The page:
by Scott Nelson
The U.S. Court of Appeals for the Third Circuit ruled on Monday that petitions for interlocutory appeals of remand orders under the Class Action Fairness Act must be filed not more than seven days after the district court's remand order, even though the statute (28 U.S.C. 1453(c)(1)) says they may be filed not less than seven days after the challenged order. Morgan v. Gay, No. 06-8045 (Oct. 16, 2006).
In so holding, the Third Circuit joined the 10th, 9th, and 11th Circuits in holding that the language of the statute must be read to mean the opposite of what it says. See Pritchett v. Office Depot, 420 F.3d 1090 (10th Cir. 2005); Amalgamated Transit Union Local 1309, AFL-CIO v. Laidlaw Transit Services, 435 F.3d 1140 (9th Cir.), opinions on denial of reh'g en banc, 448 F.3d 1092 (9th Cir. 2006); and Miedema v. Maytag Corp., 450 F.3d 1322 (11th Cir. 2006). In other words, although the statutory language appears to impose a seven-day waiting period before an appeal may be filed, the courts so far agree that it actually imposes a seven-day time limit.
The Third Circuit's opinion in Morgan is similar to others addressing the issue in that it relies on the legislative history as an indication of intent to create a time limit that is so clear that it justifies overriding the statutory text (even though the legislative history relied upon, the Senate Report, was issued after the statute had already been enacted and signed into law). The opinion also follows Pritchett in characterizing the statutory language as a "typographical error," and, like the opinions of all three of the previous courts to address the issue, it emphasizes the "deleterious" and "illogical" consequences of a literal reading of the statute.
With the exception of six Ninth Circuit judges, led by Judge Bybee, who dissented from denial of rehearing in Laidlaw, the courts so far have all agreed that less in the CAFA appeals provision means more. Despite the vehemence of Judge Bybee's dissent (which predicts that the republic will not long survive such judicial disregard of plain statutory language!), it seems likely the the courts will eventually be unanimous on the issue, though it is likely to provoke a few more soul-searching opinions. It may be hard to justify the result jurisprudentially, but the actual intent of Congress is so evident that it seems unlikely any court will ignore it.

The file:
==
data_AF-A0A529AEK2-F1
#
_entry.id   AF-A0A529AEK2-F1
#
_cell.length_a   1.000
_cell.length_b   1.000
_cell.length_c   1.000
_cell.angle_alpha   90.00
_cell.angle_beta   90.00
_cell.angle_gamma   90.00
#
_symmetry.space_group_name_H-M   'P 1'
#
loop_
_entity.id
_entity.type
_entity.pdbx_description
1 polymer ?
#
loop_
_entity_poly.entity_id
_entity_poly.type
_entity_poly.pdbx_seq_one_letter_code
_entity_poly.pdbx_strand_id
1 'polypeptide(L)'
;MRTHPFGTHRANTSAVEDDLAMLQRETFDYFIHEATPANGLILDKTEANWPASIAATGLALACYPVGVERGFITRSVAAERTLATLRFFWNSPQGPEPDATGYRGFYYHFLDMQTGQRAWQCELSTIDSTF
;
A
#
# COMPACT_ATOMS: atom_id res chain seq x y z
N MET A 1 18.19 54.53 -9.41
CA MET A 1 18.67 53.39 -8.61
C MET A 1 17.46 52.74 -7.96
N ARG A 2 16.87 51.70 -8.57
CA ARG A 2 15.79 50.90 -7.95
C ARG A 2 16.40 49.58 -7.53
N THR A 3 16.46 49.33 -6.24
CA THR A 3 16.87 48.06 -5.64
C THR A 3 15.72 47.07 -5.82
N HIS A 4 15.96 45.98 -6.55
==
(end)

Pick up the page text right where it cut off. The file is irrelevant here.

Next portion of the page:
Even the Third Circuit, however, expressed some qualms about "read[ing] an unambiguous statutory term as its own antonym." Ironically in light of the several pages that the court thought it needed to devote to resolving the issue, the question wasn't even really presented in Morgan, because the petition for leave to appeal was actually filed on the seventh day, so it was proper under either a literal reading of the statute (it was filed not less than seven days after the district court order) or under the judicial construction of the statute (it was also filed not more than seven days after the challenged order). In its eagerness to decide the question, the Third Circuit apparently overlooked that it made no difference to the outcome of the case.
I suppose the Third Circuit can be excused for overlooking the normal requirement that legal issues are supposed to be decided in the context of an actual case or controversy as well as for ignoring the statutory text, given the need to clean up Congress's drafting error before it causes too much mischief. Lawyers practicing under CAFA need to know that the provision is a time limit and file their petitions for leave to appeal accordingly.
In so doing, practitioners should be aware of one additional point that all the cases agree on: The seven-day limit is subject to Federal Rule of Appellate Procedure 26(a), which provides that weekends and holidays are excluded in computing periods of time less than 11 days. Thus, seven days will in most instances really mean nine days, 11 days, or sometimes even more depending on how many weekend days and holidays intervene.